by Guidel Presume



Blanc et noir

From Soul in a Bottle by Madison Smartt Bell

I will admit that the whole business of having Blan! Blan! Blan! hollered at me everywhere I went was beginning to lose its charm. Actually it didn't happen as much as it used to: the red mouchwa têt seemed to ward off quite a lot of it, and even up on the central plateau the appearance of a paleface was less peculiar and astonishing than it had been last year. Maybe the comparative rarity of the salutation made it grate on me more when it did come.

My last morning in Le Cap, after we had dropped off Kis at his jardin des enfants, some one tagged me with a short-range Blan! as I was turning around the truck. Guidel stuck his head out the passenger window and announced in an equally biting tone, "Noir."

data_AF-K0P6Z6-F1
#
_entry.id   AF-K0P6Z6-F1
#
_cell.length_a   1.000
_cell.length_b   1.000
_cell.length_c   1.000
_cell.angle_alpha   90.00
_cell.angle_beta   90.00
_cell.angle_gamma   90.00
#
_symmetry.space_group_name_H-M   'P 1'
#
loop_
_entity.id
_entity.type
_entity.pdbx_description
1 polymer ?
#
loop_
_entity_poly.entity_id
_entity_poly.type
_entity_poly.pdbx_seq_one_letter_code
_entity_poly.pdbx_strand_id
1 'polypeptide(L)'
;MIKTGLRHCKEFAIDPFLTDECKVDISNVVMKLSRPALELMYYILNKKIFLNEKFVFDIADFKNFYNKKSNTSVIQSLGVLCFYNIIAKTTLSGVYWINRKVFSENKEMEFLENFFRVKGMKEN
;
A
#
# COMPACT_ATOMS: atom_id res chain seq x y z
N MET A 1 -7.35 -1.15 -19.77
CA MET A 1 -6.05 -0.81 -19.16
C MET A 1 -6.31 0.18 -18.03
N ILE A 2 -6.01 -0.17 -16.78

"Thank you for that, monche," I said, for I had needed it, especially this bleak morning, after the ceremonies, after the dogs, when I felt alone in my whiteness, my foreign-ness, cut-off and isolate. Guidel nodded and said gravely, "Il faut contredire parfois," and then, a moment later when I seemed to hesitate on a difficult turn through the morning traffic on the Rue Espagnole, "Il faut l'ésprit de contre-attaque!"